“I didn’t imagine just how valuable the experience would be, the friends that I would make and the opportunities I would have.”
“I am so incredibly proud of what we have achieved. It was an amazing opportunity and I really enjoyed working with the Leckey team and learning from them. At Ulster, we’re encouraged to complete a work placement as part of our degree but I didn’t imagine just how valuable the experience would be, the friends that I would make and the opportunities I would have. My confidence has increased so much as a result.”
And it appears the team at Leckey share the same sentiments. Steven Simpson, Design Manager at Leckey comments:
“Lucinda, or Lucy as we know her, added real value to the Scooot seat project team. She brought fantastic enthusiasm, a wealth of great ideas and an eagerness to work hard. She was challenged along the way by prototype builds, field trials and a number of board level presentations, all of which she excelled at. Her excellent work on the Scooot seat project enabled the team to deliver another exciting product for the Firefly product portfolio.”
Overcoming personal challenges
What makes Lucinda’s story all the more remarkable is that she is profoundly deaf and was fitted with a cochlear implant at a young age. While she can communicate using sign language and is an experienced lip reader, her disability is very much hidden and one that most people wouldn’t notice.
“My own disability and experiences are what spur me on… I want to design products that help people and improve their quality of life.”
“It has been a challenge and at times in my life, I’ve felt like I’m playing catch-up, particularly when it comes to education. But I refuse to let it define me. If anything, my own disability and experiences are what spur me on in this field. I want to design products that help people and improve their quality of life. That’s why I’m so passionate about what I do and become so attached to my projects.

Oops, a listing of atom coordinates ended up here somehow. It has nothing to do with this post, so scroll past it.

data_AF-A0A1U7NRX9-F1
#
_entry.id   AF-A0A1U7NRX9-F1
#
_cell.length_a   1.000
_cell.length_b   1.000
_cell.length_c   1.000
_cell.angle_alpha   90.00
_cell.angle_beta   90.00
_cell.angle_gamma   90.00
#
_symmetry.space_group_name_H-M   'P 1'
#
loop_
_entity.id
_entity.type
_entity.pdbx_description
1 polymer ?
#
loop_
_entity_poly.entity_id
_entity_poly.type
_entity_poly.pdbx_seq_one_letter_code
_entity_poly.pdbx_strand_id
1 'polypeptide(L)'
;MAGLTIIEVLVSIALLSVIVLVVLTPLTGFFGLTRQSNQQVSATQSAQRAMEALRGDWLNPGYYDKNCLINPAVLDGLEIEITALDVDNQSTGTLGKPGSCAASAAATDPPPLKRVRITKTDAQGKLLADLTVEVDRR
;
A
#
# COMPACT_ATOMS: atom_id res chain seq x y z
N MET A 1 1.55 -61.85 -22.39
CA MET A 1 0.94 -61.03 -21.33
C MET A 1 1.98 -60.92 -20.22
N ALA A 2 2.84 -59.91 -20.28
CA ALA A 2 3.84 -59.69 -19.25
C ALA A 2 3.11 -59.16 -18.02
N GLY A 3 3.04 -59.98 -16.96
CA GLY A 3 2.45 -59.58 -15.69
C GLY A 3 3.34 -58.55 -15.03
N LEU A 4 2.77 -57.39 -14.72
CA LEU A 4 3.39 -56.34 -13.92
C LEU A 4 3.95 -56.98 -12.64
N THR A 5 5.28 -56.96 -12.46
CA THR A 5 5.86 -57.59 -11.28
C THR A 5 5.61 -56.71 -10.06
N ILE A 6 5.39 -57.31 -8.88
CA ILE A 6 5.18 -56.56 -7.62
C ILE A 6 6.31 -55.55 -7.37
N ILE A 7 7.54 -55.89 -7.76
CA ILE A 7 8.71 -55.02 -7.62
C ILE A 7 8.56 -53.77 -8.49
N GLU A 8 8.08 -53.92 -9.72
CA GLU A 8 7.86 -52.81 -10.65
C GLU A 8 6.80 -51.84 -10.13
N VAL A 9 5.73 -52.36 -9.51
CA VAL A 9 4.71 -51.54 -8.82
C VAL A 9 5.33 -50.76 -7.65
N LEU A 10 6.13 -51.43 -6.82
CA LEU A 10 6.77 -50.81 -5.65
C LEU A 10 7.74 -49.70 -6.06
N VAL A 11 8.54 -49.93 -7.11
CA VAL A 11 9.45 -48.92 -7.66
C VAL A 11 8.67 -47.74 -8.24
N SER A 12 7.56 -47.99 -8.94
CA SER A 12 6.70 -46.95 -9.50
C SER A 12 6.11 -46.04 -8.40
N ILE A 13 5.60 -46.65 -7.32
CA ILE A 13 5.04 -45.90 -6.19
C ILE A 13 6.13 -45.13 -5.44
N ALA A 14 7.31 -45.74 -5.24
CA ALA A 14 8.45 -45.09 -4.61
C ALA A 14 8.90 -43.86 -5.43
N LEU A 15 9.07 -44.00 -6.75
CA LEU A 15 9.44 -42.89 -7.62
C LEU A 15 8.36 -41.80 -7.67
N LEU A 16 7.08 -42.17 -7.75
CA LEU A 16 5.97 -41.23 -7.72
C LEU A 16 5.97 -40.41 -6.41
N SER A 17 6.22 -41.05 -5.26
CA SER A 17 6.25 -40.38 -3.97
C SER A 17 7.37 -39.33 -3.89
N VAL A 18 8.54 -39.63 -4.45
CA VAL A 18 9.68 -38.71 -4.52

“During the trials for the Scooot seat, when I was working directly with children and families, I was able to see first hand the impact of my work. Seeing the child’s face and their parents’ faces light up as they experience something they never thought possible… you can’t ask for much more than that. It’s an amazing feeling.”
A world of possibilities
So, what’s next for this exceptionally talented and driven designer? What does life look like after Ulster?
“I’ve really enjoyed my time here. The course has been so hands-on and I have been given a lot of freedom to work on the things that I enjoy and that inspire me. My lecturers are incredibly supportive – I really couldn’t have asked for more. I want to keep studying and hope to do a master’s degree in London, with a view to working in design consultancy.”
And as we put the final touches to the article, we receive an email from a very excited Lucinda. She’s just been offered an interview for the Royal College of Art, and received an unconditional offer for the University of the Arts. Regardless of the path she chooses, there’s no doubt the future is bright for this inspirational young woman.